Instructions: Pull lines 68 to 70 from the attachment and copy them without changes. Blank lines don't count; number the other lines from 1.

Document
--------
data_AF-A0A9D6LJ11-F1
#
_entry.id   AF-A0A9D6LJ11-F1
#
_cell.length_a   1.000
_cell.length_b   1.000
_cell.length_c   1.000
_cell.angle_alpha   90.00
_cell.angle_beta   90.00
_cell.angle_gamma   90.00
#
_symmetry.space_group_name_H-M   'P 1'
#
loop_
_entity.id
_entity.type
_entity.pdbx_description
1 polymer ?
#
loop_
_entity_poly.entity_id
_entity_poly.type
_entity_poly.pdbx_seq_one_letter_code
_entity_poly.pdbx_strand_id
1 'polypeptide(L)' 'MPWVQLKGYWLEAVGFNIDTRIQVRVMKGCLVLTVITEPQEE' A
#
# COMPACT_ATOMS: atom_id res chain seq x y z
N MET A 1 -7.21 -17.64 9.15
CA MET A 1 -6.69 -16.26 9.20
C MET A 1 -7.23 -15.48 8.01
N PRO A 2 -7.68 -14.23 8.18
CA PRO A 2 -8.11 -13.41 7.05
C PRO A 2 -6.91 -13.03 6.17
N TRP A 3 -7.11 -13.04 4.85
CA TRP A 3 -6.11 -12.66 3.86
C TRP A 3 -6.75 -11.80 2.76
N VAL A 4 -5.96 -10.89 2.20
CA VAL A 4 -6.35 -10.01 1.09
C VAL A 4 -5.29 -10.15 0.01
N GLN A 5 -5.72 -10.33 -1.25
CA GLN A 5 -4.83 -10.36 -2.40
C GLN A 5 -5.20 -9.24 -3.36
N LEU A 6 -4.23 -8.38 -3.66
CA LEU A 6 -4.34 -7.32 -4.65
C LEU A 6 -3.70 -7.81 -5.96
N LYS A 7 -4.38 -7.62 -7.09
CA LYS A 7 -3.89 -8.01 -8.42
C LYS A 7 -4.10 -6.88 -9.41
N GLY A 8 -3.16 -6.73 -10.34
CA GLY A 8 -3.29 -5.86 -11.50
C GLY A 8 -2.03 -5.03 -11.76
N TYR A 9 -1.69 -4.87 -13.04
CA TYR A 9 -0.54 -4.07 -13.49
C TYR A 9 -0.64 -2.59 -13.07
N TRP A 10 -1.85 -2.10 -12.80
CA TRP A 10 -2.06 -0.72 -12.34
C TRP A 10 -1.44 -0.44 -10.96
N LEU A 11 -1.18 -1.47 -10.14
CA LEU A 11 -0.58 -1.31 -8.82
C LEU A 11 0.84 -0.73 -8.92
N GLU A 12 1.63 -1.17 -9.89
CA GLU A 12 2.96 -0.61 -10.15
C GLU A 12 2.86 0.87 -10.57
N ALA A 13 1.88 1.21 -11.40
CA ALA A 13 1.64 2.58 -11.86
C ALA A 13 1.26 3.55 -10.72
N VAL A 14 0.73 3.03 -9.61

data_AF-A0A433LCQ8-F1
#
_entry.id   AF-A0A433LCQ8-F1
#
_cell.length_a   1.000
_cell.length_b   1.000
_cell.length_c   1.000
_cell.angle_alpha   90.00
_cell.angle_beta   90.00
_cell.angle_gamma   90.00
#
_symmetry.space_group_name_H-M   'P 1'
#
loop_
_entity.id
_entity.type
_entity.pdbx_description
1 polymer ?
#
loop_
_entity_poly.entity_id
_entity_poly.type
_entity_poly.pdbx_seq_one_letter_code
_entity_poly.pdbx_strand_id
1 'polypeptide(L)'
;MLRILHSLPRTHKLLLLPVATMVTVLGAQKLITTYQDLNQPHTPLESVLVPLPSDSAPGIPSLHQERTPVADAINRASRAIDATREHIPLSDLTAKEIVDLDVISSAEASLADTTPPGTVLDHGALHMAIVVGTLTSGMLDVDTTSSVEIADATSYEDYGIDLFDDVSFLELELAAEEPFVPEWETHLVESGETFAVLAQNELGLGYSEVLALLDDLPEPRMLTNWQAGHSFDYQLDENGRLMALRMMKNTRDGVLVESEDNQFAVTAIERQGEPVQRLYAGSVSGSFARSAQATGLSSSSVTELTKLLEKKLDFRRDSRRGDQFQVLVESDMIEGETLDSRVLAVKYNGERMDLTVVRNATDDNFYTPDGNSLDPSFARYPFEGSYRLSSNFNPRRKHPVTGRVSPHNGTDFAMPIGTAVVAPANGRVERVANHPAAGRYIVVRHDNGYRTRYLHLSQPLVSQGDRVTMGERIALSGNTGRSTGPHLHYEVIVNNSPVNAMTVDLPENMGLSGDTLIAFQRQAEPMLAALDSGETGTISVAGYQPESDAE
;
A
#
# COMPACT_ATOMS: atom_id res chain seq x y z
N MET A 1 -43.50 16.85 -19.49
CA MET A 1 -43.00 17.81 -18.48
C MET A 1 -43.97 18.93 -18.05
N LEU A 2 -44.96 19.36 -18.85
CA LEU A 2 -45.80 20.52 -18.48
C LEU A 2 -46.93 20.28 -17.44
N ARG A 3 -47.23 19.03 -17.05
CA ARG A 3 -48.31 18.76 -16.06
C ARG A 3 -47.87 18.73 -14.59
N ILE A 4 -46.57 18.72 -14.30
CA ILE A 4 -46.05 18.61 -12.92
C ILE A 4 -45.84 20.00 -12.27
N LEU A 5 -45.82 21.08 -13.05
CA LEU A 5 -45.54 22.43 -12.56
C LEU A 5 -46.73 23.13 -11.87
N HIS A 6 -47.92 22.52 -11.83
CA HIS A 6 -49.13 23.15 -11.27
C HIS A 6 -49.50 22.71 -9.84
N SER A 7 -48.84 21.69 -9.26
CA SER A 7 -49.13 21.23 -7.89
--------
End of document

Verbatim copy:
data_AF-A0A433LCQ8-F1
#
_entry.id   AF-A0A433LCQ8-F1